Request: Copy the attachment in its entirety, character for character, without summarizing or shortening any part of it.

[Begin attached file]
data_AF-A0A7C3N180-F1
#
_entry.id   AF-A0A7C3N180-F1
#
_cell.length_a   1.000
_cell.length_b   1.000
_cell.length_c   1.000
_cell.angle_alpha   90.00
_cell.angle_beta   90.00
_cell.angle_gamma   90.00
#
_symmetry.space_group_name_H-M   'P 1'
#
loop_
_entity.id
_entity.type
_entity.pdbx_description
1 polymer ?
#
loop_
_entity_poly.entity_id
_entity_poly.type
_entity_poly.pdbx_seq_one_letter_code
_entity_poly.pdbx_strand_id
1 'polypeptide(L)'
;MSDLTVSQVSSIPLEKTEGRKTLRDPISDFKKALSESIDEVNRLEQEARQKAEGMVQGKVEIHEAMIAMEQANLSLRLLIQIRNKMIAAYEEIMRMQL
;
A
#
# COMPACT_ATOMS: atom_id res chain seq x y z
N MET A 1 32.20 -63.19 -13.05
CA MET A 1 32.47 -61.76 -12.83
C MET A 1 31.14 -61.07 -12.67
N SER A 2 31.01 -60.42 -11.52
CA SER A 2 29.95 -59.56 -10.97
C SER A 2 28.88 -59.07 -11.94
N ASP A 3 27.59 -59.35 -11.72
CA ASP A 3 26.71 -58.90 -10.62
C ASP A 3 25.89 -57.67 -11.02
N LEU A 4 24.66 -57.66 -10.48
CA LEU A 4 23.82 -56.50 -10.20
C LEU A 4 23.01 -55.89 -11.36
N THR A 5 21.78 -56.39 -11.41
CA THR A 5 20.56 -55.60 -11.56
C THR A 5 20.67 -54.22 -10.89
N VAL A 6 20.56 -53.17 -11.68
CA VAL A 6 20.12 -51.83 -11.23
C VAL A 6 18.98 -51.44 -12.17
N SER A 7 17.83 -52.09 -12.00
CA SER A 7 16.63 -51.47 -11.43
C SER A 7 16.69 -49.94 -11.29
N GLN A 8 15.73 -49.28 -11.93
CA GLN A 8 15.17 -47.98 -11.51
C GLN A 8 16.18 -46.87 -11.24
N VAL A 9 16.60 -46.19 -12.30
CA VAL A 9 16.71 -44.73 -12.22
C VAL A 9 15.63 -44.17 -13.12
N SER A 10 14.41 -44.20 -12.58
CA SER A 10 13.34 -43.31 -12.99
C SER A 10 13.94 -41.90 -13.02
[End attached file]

data_AF-A0A7C3N180-F1
#
_entry.id   AF-A0A7C3N180-F1
#
_cell.length_a   1.000
_cell.length_b   1.000
_cell.length_c   1.000
_cell.angle_alpha   90.00
_cell.angle_beta   90.00
_cell.angle_gamma   90.00
#
_symmetry.space_group_name_H-M   'P 1'
#
loop_
_entity.id
_entity.type
_entity.pdbx_description
1 polymer ?
#
loop_
_entity_poly.entity_id
_entity_poly.type
_entity_poly.pdbx_seq_one_letter_code
_entity_poly.pdbx_strand_id
1 'polypeptide(L)'
;MSDLTVSQVSSIPLEKTEGRKTLRDPISDFKKALSESIDEVNRLEQEARQKAEGMVQGKVEIHEAMIAMEQANLSLRLLIQIRNKMIAAYEEIMRMQL
;
A
#
# COMPACT_ATOMS: atom_id res chain seq x y z
N MET A 1 32.20 -63.19 -13.05
CA MET A 1 32.47 -61.76 -12.83
C MET A 1 31.14 -61.07 -12.67
N SER A 2 31.01 -60.42 -11.52
CA SER A 2 29.95 -59.56 -10.97
C SER A 2 28.88 -59.07 -11.94
N ASP A 3 27.59 -59.35 -11.72
CA ASP A 3 26.71 -58.90 -10.62
C ASP A 3 25.89 -57.67 -11.02
N LEU A 4 24.66 -57.66 -10.48
CA LEU A 4 23.82 -56.50 -10.20
C LEU A 4 23.01 -55.89 -11.36
N THR A 5 21.78 -56.39 -11.41
CA THR A 5 20.56 -55.60 -11.56
C THR A 5 20.67 -54.22 -10.89
N VAL A 6 20.56 -53.17 -11.68
CA VAL A 6 20.12 -51.83 -11.23
C VAL A 6 18.98 -51.44 -12.17
N SER A 7 17.83 -52.09 -12.00
CA SER A 7 16.63 -51.47 -11.43
C SER A 7 16.69 -49.94 -11.29
N GLN A 8 15.73 -49.28 -11.93
CA GLN A 8 15.17 -47.98 -11.51
C GLN A 8 16.18 -46.87 -11.24
N VAL A 9 16.60 -46.19 -12.30
CA VAL A 9 16.71 -44.73 -12.22
C VAL A 9 15.63 -44.17 -13.12
N SER A 10 14.41 -44.20 -12.58
CA SER A 10 13.34 -43.31 -12.99
C SER A 10 13.94 -41.90 -13.02